All tribes were aware of the existence of two-spirit people, and each still has a name for them. The Diné (Navajo) refer to them as nàdleehé one who is ‘transformed’, the Lakota (Sioux) as winkte, the Mohave as alyha, the Zuni as lhamana, the Omaha as mexoga, the Aleut and Kodiak as achnucek, the Zapotec as ira’ muxe, the Cheyenne as he man eh.
Among the Mescalero Apache: “Multigendered adult people at Mescalero are usually presumed to be people of power. Because they have both maleness and femaleness totally entwined in one body, they are known to be able to ‘see’ with the eyes of both proper men and proper women. They are often called upon to be healers, or mediators, or interpreters of dreams, or expected to become singers or others whose lives are devoted to the welfare of the group. If they do extraordinary things in any aspect of life, it is assumed that they have the license and power to do so and, therefore, they are not questioned.”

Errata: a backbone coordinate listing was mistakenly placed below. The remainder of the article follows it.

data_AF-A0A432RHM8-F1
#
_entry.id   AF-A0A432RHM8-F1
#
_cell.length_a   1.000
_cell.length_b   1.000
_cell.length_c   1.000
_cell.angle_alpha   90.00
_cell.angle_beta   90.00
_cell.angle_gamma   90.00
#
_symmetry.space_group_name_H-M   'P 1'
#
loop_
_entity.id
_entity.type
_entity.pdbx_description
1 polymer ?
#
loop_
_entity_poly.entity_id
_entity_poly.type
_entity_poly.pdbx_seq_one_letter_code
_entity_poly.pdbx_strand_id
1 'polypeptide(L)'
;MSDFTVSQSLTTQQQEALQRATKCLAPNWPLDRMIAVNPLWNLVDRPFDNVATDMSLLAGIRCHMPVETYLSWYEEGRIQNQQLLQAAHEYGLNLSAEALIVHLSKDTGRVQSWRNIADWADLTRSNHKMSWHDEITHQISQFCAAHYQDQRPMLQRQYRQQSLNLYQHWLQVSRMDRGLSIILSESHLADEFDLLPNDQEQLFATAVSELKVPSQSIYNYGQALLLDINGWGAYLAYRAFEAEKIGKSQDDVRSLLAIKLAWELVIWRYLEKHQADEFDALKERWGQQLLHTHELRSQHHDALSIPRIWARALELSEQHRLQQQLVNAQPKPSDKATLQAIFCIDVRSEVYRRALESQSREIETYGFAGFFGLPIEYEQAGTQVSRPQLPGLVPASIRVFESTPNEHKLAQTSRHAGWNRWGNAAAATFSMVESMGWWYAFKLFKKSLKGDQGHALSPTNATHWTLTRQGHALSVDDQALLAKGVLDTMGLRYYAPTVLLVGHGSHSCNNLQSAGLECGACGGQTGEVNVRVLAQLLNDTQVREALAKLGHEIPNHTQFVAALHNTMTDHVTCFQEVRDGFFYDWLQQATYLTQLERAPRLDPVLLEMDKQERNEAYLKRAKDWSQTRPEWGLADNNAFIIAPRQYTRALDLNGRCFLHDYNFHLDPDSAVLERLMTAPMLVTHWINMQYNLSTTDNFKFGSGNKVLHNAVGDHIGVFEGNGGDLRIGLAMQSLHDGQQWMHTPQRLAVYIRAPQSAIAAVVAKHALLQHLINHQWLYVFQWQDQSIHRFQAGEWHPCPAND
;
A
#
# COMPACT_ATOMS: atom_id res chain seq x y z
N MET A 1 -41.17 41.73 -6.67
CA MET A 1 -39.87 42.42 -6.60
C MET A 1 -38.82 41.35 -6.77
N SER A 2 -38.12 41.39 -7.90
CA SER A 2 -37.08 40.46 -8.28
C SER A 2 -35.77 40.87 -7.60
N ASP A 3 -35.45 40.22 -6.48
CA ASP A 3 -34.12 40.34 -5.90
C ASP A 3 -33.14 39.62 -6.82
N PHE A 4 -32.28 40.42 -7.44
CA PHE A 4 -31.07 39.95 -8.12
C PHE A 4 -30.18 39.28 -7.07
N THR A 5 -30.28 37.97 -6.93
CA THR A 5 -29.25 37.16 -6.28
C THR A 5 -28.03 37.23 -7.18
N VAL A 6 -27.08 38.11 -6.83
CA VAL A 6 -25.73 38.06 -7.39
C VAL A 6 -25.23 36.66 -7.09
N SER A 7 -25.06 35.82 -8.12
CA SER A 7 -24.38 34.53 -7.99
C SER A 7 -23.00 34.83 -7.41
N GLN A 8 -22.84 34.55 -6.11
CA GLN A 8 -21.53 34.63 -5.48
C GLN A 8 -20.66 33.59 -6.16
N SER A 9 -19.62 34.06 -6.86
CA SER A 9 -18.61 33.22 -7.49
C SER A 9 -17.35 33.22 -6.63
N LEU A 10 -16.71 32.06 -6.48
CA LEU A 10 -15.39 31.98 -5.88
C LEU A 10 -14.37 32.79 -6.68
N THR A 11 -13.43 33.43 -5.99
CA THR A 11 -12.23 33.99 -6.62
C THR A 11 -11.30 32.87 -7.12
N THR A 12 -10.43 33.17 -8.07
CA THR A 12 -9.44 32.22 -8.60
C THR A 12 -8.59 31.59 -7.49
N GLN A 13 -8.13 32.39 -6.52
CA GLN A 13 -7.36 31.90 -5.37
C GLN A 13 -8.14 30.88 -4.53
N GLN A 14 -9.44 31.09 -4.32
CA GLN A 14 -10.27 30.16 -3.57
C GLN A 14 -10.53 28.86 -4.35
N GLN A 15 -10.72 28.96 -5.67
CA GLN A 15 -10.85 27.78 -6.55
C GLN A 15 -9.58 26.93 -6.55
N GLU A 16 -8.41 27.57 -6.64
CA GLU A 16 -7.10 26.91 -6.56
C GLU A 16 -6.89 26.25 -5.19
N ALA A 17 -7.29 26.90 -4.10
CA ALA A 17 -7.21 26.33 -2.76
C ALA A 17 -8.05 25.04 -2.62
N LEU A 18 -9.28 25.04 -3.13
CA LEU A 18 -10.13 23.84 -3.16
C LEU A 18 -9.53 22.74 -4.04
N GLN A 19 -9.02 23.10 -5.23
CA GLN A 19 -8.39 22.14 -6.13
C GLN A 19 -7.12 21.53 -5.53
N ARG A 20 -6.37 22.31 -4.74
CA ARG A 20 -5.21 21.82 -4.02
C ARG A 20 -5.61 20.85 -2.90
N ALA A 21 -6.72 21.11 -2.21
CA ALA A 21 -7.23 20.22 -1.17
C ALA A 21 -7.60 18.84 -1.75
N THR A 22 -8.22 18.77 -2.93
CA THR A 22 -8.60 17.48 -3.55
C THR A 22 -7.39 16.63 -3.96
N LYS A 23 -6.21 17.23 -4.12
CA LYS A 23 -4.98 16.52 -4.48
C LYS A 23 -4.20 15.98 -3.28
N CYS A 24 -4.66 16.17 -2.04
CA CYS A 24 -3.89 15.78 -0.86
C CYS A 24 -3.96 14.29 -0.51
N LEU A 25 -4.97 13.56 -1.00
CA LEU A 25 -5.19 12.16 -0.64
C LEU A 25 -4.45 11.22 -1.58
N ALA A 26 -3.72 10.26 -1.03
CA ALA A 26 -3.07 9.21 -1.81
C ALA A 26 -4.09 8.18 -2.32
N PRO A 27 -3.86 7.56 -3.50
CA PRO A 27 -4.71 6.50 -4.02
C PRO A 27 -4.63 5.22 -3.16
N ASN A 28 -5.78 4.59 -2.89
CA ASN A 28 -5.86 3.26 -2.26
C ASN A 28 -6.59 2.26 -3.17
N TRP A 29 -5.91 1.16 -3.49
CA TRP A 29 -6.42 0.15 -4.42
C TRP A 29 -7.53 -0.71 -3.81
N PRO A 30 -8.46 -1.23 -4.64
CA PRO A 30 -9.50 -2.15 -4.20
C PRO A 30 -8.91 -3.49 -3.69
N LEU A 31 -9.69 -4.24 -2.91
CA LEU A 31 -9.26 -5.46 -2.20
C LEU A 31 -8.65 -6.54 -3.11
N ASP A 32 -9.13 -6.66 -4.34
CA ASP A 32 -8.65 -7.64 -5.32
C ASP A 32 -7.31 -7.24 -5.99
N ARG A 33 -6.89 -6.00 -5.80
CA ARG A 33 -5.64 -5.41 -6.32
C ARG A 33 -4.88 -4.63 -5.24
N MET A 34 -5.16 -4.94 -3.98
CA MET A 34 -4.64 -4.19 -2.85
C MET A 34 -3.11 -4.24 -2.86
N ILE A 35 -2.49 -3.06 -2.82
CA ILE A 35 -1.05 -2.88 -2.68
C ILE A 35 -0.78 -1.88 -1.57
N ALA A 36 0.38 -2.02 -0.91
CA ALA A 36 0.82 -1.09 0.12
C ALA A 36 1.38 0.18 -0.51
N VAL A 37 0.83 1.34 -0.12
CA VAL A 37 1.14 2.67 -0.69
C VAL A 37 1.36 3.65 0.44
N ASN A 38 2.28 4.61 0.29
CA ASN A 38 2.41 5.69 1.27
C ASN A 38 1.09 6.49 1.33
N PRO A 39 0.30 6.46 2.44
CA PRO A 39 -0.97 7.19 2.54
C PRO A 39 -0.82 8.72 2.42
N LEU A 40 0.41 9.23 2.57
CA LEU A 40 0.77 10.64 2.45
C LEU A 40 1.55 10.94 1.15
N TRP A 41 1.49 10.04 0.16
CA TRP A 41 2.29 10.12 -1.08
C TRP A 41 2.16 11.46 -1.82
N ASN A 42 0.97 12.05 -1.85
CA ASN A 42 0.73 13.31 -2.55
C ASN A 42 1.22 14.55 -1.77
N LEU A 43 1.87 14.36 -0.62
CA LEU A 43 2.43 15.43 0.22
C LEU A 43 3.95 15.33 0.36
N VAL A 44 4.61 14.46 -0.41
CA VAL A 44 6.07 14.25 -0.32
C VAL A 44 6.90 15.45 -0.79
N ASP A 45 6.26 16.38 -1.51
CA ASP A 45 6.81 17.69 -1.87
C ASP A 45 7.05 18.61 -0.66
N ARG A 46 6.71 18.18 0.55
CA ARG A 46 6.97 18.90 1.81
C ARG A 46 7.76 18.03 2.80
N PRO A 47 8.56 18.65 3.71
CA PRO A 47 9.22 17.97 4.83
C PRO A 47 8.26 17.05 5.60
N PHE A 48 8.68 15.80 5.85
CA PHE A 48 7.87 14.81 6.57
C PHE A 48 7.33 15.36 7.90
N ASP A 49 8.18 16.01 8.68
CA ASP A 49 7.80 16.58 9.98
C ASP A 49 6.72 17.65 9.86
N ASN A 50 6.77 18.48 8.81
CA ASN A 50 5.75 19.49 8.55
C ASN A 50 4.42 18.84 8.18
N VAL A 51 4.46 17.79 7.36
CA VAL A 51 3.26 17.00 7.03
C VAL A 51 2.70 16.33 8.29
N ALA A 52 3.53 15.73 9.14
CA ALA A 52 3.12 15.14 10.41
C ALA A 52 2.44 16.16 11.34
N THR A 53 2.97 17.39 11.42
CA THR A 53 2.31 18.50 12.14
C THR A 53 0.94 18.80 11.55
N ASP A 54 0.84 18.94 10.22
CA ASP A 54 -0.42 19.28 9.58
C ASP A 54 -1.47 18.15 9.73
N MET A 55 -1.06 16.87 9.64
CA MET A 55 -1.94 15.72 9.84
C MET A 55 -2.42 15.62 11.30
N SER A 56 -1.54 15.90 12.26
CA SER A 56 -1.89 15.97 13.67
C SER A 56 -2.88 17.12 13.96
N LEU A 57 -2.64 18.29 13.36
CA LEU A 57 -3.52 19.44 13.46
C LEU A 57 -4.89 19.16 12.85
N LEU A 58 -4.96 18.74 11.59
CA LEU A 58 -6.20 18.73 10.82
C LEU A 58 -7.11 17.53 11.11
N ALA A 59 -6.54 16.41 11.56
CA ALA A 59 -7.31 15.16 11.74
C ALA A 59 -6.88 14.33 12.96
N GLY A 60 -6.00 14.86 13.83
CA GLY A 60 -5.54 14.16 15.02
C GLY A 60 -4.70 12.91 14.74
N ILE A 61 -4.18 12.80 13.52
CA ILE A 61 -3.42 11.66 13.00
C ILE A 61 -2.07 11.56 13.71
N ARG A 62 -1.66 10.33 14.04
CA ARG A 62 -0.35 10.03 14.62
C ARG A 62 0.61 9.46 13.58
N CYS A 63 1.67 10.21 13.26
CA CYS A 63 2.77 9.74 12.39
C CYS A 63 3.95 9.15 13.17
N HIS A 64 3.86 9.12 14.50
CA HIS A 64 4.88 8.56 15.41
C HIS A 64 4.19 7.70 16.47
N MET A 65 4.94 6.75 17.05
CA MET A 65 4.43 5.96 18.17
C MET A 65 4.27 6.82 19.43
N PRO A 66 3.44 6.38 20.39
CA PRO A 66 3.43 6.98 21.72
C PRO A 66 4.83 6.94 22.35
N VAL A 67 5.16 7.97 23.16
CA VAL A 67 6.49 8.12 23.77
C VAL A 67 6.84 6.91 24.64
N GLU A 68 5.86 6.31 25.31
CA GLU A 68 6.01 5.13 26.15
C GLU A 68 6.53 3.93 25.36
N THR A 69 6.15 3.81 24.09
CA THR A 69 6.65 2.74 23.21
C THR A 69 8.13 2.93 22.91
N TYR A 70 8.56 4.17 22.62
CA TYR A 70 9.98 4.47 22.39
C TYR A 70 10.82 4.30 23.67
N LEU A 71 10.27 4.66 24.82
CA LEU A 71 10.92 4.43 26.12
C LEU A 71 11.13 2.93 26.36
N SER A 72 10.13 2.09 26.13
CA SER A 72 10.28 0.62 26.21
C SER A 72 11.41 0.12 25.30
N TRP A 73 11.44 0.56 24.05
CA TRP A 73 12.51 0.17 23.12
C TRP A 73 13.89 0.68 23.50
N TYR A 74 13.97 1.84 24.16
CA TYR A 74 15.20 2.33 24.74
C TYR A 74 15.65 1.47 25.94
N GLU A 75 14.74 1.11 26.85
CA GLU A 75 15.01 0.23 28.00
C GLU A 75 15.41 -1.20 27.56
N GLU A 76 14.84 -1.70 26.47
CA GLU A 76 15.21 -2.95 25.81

A Crow traditionalist stated, “We don’t waste people the way white society does. Every person has their gift.”